Excellent Salute enjoys strong turnout
Mel Cooke, Star Writer
Mud in the parking lot and soggy earth in patches on the Port Kaiser Sports Club's outfield were testament to rain earlier on Saturday, before Pepsi Rebel Salute began its 18th renewal marathon, which ended in the rising Sunday sun.
Still, as the pre-event downpour did not deter the 'Saluters', in his pre-midnight birthday performance, the festival's chief organiser, Tony Rebel, was moved to declare "people come a Salute inna every weather". And Queen Ifrica, a Rebel Salute alumni who said she has performed on 11 stagings, declared that there would be "no boring part" in the show this year.
The fiery Ifrica was right, although there were those youngsters who got impatient with Toots Hibbert's somewhat extended set, although his voice was in fantastic nick as he delivered Country Road, Bam Bam and Dreams to Remember, among other standouts. Hibbert performed the songs in full and there were some pauses between selections, as he consulted with his band. In addition, Third Element sound system had its down moments, at one point the mic man declaring "me cyaa work in confusion". However, they pressed on to generate some traction, notably with Sizzla selections.
Overwhelmingly, though, Pepsi Rebel Salute 2011 was marked by excellent performances which peaked at various points with the night's standouts in longer sets, among them Ifrica (who started out as a Lioness on the Rise and closed with a defiant Keep it to Yourself) and a simply superb Beres Hammond who embraced the thousands as family and delivered a 'brawta' from offstage at the very end of his performance. Tarrus Riley and Dean Fraser paid homage to Buju Banton with Untold Stories on voice and saxophone, respectively, and I-Octane did not get further than a couple lines in each song before the howling hordes happily drowned him out and coloured the air with fluttering red, green and gold flags.
And Mavado, whose joy showed in a wide grin, was in full-fledged Messiah mode before an exultant audience which demanded that he return to the stage twice.
"Yuh know why a Jah alone me fear?" Mavado demanded, saying that there were those who would love to see his downfall "but because the thugs rate me, the woman them love me and the Rasta pray fi me, Jah watch over me".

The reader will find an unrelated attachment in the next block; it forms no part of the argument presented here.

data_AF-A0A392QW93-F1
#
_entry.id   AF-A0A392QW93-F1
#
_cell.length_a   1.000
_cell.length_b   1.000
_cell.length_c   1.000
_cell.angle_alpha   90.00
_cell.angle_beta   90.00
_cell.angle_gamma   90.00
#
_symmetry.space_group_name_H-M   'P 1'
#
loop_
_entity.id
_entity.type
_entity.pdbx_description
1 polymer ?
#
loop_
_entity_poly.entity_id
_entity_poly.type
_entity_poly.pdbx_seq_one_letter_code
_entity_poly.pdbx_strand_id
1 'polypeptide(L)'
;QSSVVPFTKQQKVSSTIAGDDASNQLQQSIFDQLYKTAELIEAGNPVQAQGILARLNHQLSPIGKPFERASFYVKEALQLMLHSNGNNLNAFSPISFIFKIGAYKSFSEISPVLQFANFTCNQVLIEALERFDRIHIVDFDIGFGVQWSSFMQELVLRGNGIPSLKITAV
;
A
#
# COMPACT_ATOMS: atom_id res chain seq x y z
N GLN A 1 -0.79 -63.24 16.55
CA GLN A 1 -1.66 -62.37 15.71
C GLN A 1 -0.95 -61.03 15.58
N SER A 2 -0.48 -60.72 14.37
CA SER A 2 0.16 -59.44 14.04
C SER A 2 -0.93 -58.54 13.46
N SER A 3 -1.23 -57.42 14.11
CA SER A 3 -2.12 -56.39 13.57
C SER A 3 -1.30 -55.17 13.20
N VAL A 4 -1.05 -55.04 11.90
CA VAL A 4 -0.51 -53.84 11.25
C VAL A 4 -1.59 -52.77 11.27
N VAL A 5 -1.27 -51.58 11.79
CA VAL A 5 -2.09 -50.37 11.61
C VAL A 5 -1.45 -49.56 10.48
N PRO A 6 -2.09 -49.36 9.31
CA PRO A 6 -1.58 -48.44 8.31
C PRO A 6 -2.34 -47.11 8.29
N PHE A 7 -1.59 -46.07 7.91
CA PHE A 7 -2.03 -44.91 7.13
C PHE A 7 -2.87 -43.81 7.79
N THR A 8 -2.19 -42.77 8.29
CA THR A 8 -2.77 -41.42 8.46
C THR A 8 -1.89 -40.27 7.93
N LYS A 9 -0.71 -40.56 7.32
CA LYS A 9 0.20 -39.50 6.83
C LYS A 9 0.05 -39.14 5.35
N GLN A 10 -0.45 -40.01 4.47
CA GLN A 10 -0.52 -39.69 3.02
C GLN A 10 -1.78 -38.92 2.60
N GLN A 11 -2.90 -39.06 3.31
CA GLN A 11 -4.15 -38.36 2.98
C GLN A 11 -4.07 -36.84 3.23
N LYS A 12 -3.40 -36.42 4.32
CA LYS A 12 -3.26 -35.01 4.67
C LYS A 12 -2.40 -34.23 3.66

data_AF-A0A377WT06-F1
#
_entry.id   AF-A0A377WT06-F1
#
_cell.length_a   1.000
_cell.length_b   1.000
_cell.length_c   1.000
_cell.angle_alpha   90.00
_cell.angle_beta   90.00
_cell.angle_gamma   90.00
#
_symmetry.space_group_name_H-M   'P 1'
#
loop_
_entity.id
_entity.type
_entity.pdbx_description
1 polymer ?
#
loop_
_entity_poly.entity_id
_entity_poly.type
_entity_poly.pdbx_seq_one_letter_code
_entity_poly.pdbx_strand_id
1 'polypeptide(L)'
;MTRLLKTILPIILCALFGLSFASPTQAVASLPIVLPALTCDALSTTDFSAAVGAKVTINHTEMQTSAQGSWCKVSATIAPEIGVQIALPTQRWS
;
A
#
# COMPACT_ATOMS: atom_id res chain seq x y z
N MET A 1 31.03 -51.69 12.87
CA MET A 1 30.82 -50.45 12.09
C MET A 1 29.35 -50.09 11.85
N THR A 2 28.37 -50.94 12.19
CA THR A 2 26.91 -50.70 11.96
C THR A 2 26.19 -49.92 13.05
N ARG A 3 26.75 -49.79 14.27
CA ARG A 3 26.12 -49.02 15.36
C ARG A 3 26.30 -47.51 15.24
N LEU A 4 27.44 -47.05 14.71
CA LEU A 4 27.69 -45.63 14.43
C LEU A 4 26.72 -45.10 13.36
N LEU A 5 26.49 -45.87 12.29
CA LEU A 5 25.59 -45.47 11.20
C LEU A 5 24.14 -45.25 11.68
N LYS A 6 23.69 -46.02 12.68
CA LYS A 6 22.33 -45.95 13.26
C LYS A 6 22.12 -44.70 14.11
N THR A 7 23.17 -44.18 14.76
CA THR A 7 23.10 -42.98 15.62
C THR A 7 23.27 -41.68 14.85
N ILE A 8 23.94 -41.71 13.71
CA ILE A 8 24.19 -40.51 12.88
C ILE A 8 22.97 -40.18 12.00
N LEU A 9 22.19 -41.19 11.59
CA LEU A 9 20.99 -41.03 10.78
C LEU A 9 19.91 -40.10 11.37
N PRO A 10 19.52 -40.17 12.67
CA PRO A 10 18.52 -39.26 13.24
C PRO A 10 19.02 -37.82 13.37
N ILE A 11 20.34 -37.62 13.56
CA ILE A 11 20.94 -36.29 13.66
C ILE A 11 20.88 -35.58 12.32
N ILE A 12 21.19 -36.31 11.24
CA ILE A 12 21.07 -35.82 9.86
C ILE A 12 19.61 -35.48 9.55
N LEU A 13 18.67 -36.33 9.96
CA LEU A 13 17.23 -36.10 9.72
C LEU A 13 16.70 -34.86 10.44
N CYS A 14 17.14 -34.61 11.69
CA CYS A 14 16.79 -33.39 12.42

However, as strong as those showings were, they were the superstructure on a firm foundation, the consistently high standard and well-structured running order (save for the closing stages where post-Mavado was understandably anticlimactic) setting the stage for highly anticipated performers to develop on an already favourable atmosphere.
The foundation-laying task was taken on by those artistes with enduring songs, often labelled vintage, in the early going, Lone Ranger squeezing the Love Bump, Carl Dawkins dancing around the microphone stand to the Satisfaction of the crowd and Little John demanding "yu tink a dat?!" in transitioning between songs (although, curiously, he did not do Clarks Bootie). Dennis Al Capone came before Ken Boothe, who delivered Silver Words and trademark twirls, Tristan Palmer hit the spot with Entertainment and Jack Radics' peculiar rasping, near raucous style kept the audience engaged.
There were tributes to Gregory Isaacs, including Nadine Sutherland doing a part of Soon Forward in a short showing before heading off to attend Before the Dawn Matters.
The band changes were, in the main, well handled, a fire dancer covering one and a gleefully gutsy Sky Juice another.
Professor Nuts injected the humour of Tan So Back, Sister Carol stuck to the rhythm like the proverbial glue and in the daylight post-Mavado minutes, it was up to Spanner Banner, Chuck Fendah and Fantan Mojah to close off a long but very satisfying night.